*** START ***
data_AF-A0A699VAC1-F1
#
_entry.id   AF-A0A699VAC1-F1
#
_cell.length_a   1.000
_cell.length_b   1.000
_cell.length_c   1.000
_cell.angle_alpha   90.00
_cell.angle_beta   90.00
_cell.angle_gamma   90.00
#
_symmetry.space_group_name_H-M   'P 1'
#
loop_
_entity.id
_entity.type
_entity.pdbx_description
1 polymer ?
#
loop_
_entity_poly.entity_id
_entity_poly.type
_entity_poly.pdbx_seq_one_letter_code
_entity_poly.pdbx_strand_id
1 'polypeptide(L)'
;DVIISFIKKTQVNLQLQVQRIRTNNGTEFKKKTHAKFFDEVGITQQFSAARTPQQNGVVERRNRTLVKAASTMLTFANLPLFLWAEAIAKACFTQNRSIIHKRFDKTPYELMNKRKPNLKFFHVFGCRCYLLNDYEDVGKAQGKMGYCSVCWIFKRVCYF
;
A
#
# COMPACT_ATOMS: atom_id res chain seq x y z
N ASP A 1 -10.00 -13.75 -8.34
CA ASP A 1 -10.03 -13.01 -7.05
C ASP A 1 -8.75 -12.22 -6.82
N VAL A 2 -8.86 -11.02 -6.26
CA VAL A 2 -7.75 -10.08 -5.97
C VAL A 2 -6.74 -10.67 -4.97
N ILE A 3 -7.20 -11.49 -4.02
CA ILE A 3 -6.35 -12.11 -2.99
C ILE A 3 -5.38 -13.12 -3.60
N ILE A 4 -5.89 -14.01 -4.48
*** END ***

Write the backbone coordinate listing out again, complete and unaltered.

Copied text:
data_AF-A0A699VAC1-F1
#
_entry.id   AF-A0A699VAC1-F1
#
_cell.length_a   1.000
_cell.length_b   1.000
_cell.length_c   1.000
_cell.angle_alpha   90.00
_cell.angle_beta   90.00
_cell.angle_gamma   90.00
#
_symmetry.space_group_name_H-M   'P 1'
#
loop_
_entity.id
_entity.type
_entity.pdbx_description
1 polymer ?
#
loop_
_entity_poly.entity_id
_entity_poly.type
_entity_poly.pdbx_seq_one_letter_code
_entity_poly.pdbx_strand_id
1 'polypeptide(L)'
;DVIISFIKKTQVNLQLQVQRIRTNNGTEFKKKTHAKFFDEVGITQQFSAARTPQQNGVVERRNRTLVKAASTMLTFANLPLFLWAEAIAKACFTQNRSIIHKRFDKTPYELMNKRKPNLKFFHVFGCRCYLLNDYEDVGKAQGKMGYCSVCWIFKRVCYF
;
A
#
# COMPACT_ATOMS: atom_id res chain seq x y z
N ASP A 1 -10.00 -13.75 -8.34
CA ASP A 1 -10.03 -13.01 -7.05
C ASP A 1 -8.75 -12.22 -6.82
N VAL A 2 -8.86 -11.02 -6.26
CA VAL A 2 -7.75 -10.08 -5.97
C VAL A 2 -6.74 -10.67 -4.97
N ILE A 3 -7.20 -11.49 -4.02
CA ILE A 3 -6.35 -12.11 -2.99
C ILE A 3 -5.38 -13.12 -3.60
N ILE A 4 -5.89 -14.01 -4.48